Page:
Rethinking Social CRM Design: A Service-Dominant Logic Perspective

Part of the Progress in IS book series (PROIS)


The rapid rise of powerful social customers has drastically changed the e-business landscape. Social CRM (SCRM) emerged in late 2009 as an e-business strategy for companies to enable customer relationship management (with social customers) utilizing social technology. Despite the many applications that are labeled as SCRM, there is a dearth of guidelines for SCRM design and development. Many companies are trapped using social media as just another communication channel, and have naively applied traditional Electronic CRM (ECRM) practices on social platforms based on a model of exchange that centers on goods (e.g., goods-dominant logic or G-D logic), with value created by the firm and relationship implying multiple transactions of value-laden output. G-D logic might have served companies in the pre-Web 2.0 environment in which the interaction with customers could be contained in one-to-one, closed, well-defined channels. However, in a collaborative open, social environment in which interactions cannot be contained and are often unpredictable, this firm-centric, transaction-oriented approach is at odds with how social customers behave and expect, and therefore becomes inadequate in fostering true relationships that cultivate devoted advocates and brand co-creators. In this chapter, we offer an alternative logic called service-dominant (S-D) logic for SCRM design to meet new challenges. S-D logic is based on the reciprocal application of applied competences (service), which sees relationship in terms of co-creation of value. We argue that the S-D logic perspective for SCRM is appropriate, if not essential. We offer S-D logic-informed strategies for SCRM and next-generation CRM system design.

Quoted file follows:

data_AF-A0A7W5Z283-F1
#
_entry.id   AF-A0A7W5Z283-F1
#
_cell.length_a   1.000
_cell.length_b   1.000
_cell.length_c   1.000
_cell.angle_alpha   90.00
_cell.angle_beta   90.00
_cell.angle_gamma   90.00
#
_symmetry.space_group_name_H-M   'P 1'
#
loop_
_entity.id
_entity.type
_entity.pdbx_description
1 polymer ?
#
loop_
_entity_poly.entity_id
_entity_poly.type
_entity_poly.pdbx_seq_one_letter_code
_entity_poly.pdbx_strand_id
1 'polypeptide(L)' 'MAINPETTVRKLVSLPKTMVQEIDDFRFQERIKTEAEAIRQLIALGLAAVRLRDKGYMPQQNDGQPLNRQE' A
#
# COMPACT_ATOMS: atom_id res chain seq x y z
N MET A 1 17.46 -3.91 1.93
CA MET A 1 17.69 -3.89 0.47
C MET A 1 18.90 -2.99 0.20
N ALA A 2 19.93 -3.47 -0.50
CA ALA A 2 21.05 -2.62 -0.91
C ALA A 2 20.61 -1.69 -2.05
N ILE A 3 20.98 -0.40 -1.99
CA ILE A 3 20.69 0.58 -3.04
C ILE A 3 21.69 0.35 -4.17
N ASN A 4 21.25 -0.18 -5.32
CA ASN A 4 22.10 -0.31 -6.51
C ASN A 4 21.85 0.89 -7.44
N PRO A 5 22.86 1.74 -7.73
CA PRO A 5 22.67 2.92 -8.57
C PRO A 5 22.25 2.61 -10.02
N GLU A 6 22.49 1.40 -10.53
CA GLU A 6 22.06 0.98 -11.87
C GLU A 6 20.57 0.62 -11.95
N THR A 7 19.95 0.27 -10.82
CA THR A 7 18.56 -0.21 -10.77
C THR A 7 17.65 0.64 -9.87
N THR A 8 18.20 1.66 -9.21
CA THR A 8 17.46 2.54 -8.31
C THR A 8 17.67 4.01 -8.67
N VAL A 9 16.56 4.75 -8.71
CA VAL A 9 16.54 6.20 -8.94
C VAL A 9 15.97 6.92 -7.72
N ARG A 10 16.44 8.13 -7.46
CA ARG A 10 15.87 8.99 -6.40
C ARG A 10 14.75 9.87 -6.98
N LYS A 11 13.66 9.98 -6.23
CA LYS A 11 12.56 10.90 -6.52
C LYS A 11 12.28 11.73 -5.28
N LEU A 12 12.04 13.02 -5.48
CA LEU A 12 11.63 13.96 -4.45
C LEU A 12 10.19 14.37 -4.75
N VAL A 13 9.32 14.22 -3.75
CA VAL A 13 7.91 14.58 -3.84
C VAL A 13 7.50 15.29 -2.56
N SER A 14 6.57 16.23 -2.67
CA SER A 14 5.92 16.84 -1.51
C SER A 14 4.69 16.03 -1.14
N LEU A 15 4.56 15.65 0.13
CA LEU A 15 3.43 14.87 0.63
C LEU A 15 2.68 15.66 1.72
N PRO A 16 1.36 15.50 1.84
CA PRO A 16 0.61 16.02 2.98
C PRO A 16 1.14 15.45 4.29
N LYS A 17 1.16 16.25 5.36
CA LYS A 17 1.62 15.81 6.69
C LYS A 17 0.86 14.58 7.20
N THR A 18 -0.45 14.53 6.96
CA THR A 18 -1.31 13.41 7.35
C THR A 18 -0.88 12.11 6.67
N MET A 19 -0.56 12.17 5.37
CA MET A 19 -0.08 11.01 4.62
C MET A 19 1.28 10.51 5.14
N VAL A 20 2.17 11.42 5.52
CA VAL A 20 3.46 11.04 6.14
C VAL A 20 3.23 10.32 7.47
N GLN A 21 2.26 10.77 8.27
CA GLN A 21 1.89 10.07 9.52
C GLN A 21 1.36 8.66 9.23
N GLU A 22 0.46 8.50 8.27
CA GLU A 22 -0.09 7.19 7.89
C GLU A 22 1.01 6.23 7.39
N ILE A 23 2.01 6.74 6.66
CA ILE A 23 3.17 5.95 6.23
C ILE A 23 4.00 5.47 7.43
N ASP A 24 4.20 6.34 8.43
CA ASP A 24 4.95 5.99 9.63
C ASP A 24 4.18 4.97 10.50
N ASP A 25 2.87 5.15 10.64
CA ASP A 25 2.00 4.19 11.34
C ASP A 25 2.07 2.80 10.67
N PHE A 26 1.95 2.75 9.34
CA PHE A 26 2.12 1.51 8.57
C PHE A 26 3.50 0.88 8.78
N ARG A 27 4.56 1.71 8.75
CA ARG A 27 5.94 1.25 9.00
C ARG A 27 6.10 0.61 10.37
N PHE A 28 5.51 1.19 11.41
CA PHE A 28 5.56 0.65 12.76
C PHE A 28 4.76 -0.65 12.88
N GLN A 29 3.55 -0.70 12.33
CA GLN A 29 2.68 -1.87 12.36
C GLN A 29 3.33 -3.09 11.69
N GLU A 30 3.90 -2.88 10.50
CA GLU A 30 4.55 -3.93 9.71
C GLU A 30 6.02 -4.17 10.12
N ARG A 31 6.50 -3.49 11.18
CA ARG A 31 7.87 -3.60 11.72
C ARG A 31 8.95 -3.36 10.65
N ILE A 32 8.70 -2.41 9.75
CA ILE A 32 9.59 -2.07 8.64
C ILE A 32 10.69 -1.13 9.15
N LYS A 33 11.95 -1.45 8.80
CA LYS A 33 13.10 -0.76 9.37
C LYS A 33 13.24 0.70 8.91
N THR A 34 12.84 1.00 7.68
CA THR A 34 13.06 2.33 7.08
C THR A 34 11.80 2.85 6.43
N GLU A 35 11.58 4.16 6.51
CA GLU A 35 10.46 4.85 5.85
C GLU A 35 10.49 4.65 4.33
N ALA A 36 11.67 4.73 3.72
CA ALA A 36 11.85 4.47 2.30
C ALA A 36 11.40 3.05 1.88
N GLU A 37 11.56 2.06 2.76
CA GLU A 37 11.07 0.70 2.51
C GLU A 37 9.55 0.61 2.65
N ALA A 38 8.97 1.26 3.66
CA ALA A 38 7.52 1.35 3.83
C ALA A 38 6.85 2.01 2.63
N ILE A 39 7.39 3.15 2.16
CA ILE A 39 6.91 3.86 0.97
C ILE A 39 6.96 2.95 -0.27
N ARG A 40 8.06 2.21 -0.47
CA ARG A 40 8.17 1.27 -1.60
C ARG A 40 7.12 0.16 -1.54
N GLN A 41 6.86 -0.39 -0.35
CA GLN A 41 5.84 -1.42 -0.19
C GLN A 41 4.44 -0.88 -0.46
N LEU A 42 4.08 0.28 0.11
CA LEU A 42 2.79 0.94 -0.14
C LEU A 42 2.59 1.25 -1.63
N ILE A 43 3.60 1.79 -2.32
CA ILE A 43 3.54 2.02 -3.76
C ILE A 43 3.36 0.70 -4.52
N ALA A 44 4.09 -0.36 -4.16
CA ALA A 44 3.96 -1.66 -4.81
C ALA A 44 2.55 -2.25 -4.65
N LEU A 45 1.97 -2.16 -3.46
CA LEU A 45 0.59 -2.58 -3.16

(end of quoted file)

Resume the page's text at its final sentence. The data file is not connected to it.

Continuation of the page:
Social CRM Service-dominant logic Electronic customer relationship management CRM ECRM Web 2.0 Crowd sourcing Resource integration 


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Copyright information

© Springer-Verlag Berlin Heidelberg 2014

Authors and Affiliations

  1. 1.Information Technology ManagementShidler College of Business, University of Hawaii at ManoaHonoluluUSA
  2. 2.MarketingShidler College of Business, University of Hawaii at ManoaHonoluluUSA

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